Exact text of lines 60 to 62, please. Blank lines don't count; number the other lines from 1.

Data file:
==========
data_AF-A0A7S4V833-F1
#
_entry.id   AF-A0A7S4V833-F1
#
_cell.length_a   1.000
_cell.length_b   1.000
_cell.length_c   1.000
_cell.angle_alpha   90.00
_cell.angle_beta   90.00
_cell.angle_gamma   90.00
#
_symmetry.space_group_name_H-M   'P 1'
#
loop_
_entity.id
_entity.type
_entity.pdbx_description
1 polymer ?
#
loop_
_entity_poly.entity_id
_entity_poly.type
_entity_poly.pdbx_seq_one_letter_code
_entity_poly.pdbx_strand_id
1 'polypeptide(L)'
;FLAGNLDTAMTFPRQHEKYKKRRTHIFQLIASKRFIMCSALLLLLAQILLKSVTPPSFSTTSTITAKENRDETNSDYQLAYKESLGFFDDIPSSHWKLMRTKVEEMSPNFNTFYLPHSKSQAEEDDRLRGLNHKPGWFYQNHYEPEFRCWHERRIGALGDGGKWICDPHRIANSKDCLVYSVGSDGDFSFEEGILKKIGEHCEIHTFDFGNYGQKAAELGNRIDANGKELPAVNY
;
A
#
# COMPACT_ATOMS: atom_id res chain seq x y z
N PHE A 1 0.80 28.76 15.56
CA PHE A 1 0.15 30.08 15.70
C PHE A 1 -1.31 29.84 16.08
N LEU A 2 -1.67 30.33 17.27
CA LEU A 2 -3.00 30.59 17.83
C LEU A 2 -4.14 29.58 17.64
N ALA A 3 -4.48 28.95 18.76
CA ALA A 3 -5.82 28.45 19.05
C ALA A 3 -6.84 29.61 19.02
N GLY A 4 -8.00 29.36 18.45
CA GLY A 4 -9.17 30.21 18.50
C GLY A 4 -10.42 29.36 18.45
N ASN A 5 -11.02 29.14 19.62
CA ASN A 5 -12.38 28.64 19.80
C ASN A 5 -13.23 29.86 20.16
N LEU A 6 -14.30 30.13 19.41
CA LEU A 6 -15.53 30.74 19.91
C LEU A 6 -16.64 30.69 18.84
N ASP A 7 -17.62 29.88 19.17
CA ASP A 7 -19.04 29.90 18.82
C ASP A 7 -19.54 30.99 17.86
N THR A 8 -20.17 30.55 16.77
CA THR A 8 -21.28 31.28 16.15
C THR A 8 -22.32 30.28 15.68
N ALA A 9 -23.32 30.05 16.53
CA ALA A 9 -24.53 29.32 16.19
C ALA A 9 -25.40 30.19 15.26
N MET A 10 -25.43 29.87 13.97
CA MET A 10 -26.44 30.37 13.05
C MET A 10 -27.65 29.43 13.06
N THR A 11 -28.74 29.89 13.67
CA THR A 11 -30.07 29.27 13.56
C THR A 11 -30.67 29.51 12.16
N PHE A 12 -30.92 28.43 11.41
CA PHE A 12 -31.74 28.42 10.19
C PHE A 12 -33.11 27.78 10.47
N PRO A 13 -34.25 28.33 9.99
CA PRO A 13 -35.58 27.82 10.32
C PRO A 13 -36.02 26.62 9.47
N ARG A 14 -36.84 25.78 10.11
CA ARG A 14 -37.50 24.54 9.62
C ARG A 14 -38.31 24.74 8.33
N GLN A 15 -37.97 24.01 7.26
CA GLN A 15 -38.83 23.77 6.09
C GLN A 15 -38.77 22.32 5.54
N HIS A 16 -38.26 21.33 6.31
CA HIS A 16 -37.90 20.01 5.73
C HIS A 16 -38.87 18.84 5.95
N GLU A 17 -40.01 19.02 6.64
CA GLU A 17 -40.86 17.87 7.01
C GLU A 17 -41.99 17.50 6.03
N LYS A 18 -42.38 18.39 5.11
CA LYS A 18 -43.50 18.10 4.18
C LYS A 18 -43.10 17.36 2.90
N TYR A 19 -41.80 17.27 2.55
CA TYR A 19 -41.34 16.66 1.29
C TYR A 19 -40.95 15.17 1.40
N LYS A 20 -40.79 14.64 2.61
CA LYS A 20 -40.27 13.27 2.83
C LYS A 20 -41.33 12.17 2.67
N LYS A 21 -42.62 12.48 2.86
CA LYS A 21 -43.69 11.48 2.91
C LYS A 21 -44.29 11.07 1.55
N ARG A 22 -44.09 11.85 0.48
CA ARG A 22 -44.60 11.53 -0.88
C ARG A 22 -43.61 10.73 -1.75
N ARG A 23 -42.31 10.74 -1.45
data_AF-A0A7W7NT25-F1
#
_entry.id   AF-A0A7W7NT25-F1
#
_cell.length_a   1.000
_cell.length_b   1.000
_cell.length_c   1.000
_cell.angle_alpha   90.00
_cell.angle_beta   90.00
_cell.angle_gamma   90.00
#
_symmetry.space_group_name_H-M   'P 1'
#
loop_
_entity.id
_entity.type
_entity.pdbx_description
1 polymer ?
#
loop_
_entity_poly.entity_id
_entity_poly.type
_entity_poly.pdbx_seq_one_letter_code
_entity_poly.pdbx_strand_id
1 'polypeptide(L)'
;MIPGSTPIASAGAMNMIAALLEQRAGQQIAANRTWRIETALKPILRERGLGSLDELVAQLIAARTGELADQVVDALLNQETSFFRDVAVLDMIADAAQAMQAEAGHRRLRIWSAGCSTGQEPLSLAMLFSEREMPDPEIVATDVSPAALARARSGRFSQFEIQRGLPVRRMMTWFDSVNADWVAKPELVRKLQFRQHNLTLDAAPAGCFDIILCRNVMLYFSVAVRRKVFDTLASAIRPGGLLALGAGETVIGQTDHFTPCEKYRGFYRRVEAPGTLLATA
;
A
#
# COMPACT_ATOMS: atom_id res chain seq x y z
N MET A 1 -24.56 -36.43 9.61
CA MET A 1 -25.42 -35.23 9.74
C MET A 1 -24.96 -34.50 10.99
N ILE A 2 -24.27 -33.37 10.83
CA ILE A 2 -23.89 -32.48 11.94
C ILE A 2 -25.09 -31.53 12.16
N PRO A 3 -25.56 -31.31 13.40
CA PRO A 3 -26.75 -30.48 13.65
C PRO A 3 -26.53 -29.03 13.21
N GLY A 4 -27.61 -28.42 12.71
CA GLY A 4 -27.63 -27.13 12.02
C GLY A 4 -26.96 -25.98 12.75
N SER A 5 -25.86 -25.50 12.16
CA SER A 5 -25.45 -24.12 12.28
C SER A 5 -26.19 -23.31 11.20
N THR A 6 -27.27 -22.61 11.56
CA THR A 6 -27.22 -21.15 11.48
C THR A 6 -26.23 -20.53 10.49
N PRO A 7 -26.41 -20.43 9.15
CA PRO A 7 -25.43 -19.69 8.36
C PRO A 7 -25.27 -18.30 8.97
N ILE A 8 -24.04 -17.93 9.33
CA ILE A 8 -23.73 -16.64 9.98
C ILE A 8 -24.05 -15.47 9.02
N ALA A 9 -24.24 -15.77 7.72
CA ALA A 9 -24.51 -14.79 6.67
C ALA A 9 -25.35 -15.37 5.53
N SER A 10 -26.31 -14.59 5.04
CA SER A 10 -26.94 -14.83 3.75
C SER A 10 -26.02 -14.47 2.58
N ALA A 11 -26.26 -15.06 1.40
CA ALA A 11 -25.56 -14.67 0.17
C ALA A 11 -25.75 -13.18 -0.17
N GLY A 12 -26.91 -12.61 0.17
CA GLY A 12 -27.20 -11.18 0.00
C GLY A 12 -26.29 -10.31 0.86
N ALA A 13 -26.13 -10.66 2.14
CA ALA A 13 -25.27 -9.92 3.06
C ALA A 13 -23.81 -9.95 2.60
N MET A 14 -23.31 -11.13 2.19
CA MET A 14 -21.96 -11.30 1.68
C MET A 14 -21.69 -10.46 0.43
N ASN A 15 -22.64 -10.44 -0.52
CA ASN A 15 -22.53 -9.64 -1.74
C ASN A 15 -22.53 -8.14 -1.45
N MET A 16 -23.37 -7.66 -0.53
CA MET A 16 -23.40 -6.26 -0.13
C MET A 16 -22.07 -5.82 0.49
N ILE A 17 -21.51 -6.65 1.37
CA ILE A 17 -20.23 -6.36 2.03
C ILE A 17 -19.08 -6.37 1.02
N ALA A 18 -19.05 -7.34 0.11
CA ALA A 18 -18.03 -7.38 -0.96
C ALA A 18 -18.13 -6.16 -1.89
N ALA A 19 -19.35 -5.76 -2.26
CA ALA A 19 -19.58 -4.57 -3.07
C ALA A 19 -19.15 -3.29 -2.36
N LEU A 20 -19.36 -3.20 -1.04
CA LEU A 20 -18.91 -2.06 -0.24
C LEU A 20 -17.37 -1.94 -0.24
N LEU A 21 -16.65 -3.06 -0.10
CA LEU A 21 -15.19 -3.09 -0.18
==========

C MET A 10 -27.65 29.43 13.06
N THR A 11 -28.74 29.89 13.67
CA THR A 11 -30.07 29.27 13.56